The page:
Take Charge

Father’s Cancer Battle Inspires Son’s Research

June 15, 2018

FredLockeandDad1.jpg

By Ann Miller Baker

Fred Locke and his son, Fred.

When Fred Locke was a Michigan teen watching his father, Fred, battle cancer, he had a feeling the experience would shape his future. But few would have been able to predict it would lead to a career at Moffitt Cancer Center and a pivotal role in studying CAR T-cell therapy, the most impactful cancer research development of 2018.

CAR T is a treatment that uses a patient’s own white blood cells which have been genetically reprogrammed in the lab to fight their cancer. Late last year, the U.S. Food and Drug Administration (FDA) approved the use of one type of CAR T called Yescarta™ to treat adults with diffuse large B-cell lymphoma who have relapsed repeatedly on standard therapies. In January, the American Society of Clinical Oncology named CAR T as its Advance of the Year in its annual report on Clinical Cancer Advances 2018.

The nationwide clinical trial that resulted in Yescarta’s FDA approval was co-led by Fredrick Locke, M.D., now a medical oncologist and translational scientist in Moffitt’s Department of Blood and Marrow Transplant and Cellular Immunotherapy.

It was his father’s experience that spurred Dr. Locke’s commitment to clinical research. Just 15 when his father was diagnosed with a different form of lymphoma, he watched many rounds of chemotherapy fail before his father was enrolled in a phase 2 clinical trial for an immunotherapy drug called Bexxar.

Decades later, he remains in remission.

The experience became a motivating factor behind Dr. Locke’s career choices.  “I’m very passionate about helping cancer patients and their families deal with the ordeal of a cancer diagnosis. Not only did I see how horrible cancer is,” he reflects, “but I could see how clinical trials can actually make a difference for people who are without other options.”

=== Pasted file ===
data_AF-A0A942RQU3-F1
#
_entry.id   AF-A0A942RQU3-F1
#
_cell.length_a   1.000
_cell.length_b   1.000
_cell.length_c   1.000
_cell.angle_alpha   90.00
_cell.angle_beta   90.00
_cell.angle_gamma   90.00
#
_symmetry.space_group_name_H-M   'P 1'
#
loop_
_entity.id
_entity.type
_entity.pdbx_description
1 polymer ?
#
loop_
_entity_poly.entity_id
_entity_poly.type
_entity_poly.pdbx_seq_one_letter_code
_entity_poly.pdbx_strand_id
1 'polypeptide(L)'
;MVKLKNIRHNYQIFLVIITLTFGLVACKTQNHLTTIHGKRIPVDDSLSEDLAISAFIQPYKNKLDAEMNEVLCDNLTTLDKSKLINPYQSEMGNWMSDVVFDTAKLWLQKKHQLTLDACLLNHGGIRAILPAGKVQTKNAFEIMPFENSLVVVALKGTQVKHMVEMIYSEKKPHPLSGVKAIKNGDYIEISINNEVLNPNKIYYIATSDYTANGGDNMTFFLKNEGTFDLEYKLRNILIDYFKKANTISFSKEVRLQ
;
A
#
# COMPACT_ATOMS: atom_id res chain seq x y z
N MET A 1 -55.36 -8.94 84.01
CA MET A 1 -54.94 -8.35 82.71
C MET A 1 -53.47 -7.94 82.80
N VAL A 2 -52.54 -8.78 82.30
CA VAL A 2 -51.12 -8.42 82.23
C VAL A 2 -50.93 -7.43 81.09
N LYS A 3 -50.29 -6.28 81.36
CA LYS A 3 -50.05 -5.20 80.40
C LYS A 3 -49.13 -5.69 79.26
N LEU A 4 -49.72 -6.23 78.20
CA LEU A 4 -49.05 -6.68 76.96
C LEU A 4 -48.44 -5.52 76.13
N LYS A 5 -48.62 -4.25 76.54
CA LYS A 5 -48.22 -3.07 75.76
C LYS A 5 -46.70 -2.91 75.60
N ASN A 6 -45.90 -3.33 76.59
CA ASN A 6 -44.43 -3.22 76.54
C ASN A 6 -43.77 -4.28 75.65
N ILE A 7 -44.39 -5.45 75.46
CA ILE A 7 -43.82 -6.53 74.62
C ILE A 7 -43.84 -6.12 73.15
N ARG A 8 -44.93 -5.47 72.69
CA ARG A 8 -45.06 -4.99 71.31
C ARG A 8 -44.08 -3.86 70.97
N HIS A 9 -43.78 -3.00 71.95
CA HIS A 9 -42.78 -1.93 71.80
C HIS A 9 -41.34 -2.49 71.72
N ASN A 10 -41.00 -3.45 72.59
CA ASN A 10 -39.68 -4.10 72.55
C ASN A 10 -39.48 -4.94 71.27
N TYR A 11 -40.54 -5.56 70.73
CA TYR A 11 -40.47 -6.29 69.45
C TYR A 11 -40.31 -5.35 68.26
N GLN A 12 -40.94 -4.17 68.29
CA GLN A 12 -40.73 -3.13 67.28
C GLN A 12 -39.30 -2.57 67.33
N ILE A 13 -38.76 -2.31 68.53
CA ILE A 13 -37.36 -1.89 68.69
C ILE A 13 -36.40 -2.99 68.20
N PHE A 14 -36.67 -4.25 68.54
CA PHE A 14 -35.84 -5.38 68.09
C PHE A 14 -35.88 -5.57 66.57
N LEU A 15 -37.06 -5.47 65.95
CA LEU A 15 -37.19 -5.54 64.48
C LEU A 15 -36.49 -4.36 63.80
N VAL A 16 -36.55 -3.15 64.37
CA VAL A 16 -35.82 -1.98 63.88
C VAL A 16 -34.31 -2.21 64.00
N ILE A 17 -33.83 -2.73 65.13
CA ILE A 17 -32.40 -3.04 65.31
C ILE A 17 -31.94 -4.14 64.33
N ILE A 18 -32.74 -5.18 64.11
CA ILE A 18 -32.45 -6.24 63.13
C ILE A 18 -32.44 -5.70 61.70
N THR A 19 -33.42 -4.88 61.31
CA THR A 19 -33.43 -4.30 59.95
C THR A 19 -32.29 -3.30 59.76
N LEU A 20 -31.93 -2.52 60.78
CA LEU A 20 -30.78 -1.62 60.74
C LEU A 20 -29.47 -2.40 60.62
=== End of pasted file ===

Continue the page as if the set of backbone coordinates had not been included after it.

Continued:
The latest results from the clinical trial of 108 patients showed 42% continue to have ongoing remission after just one CAR T-cell infusion, and 40% of patients have no evidence of cancer at a median follow-up of 15.4 months. More than half of the patients enrolled in the trial are alive at 15.4 months, whereas median survival is about 6 months with existing therapy.

For Dr. Locke, whose father is alive thanks to a clinical trial, these studies in some way bring him full circle. 

“To open the door to future cellular immunotherapies that can be brought to patients across the world has been an amazing opportunity,” he says. “Great teamwork has led to the success of this trial and others like it. Here at Moffitt we've come together and worked across departments in order to make it happen, so that we can bring these therapies to our patients.”

Moffitt now offers two FDA-approved CAR T therapies to its patients and continues to research new forms of CAR T for use with other cancers.